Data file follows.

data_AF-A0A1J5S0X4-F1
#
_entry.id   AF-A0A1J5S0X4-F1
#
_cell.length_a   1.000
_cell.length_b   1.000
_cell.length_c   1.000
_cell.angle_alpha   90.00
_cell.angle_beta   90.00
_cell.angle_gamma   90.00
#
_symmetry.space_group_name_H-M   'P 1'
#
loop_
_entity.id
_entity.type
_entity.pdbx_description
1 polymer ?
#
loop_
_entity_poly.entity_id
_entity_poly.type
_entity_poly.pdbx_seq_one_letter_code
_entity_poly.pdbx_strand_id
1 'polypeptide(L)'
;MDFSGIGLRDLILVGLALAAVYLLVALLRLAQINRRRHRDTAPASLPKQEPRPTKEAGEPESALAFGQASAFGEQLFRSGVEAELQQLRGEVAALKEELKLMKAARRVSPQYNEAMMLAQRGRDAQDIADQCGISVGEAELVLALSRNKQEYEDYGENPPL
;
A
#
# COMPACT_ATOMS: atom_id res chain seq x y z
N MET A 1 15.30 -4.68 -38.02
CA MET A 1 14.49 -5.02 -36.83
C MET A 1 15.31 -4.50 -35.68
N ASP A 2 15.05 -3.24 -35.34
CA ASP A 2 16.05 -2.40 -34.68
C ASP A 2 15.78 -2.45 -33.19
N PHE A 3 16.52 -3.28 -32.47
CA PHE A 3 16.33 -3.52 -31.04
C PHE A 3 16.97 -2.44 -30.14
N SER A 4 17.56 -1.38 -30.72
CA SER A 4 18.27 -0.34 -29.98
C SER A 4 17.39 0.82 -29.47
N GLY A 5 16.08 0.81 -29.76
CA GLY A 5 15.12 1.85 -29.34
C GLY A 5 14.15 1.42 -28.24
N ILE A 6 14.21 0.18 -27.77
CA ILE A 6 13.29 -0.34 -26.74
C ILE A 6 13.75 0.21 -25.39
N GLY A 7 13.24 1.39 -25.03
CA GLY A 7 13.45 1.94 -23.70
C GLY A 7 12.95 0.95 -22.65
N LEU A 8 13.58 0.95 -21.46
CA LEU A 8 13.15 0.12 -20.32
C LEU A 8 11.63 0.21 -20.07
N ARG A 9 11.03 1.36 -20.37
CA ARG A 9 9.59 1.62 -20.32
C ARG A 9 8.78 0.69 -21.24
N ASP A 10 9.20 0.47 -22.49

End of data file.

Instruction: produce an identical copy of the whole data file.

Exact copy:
data_AF-A0A1J5S0X4-F1
#
_entry.id   AF-A0A1J5S0X4-F1
#
_cell.length_a   1.000
_cell.length_b   1.000
_cell.length_c   1.000
_cell.angle_alpha   90.00
_cell.angle_beta   90.00
_cell.angle_gamma   90.00
#
_symmetry.space_group_name_H-M   'P 1'
#
loop_
_entity.id
_entity.type
_entity.pdbx_description
1 polymer ?
#
loop_
_entity_poly.entity_id
_entity_poly.type
_entity_poly.pdbx_seq_one_letter_code
_entity_poly.pdbx_strand_id
1 'polypeptide(L)'
;MDFSGIGLRDLILVGLALAAVYLLVALLRLAQINRRRHRDTAPASLPKQEPRPTKEAGEPESALAFGQASAFGEQLFRSGVEAELQQLRGEVAALKEELKLMKAARRVSPQYNEAMMLAQRGRDAQDIADQCGISVGEAELVLALSRNKQEYEDYGENPPL
;
A
#
# COMPACT_ATOMS: atom_id res chain seq x y z
N MET A 1 15.30 -4.68 -38.02
CA MET A 1 14.49 -5.02 -36.83
C MET A 1 15.31 -4.50 -35.68
N ASP A 2 15.05 -3.24 -35.34
CA ASP A 2 16.05 -2.40 -34.68
C ASP A 2 15.78 -2.45 -33.19
N PHE A 3 16.52 -3.28 -32.47
CA PHE A 3 16.33 -3.52 -31.04
C PHE A 3 16.97 -2.44 -30.14
N SER A 4 17.56 -1.38 -30.72
CA SER A 4 18.27 -0.34 -29.98
C SER A 4 17.39 0.82 -29.47
N GLY A 5 16.08 0.81 -29.76
CA GLY A 5 15.12 1.85 -29.34
C GLY A 5 14.15 1.42 -28.24
N ILE A 6 14.21 0.18 -27.77
CA ILE A 6 13.29 -0.34 -26.74
C ILE A 6 13.75 0.21 -25.39
N GLY A 7 13.24 1.39 -25.03
CA GLY A 7 13.45 1.94 -23.70
C GLY A 7 12.95 0.95 -22.65
N LEU A 8 13.58 0.95 -21.46
CA LEU A 8 13.15 0.12 -20.32
C LEU A 8 11.63 0.21 -20.07
N ARG A 9 11.03 1.36 -20.37
CA ARG A 9 9.59 1.62 -20.32
C ARG A 9 8.78 0.69 -21.24
N ASP A 10 9.20 0.47 -22.49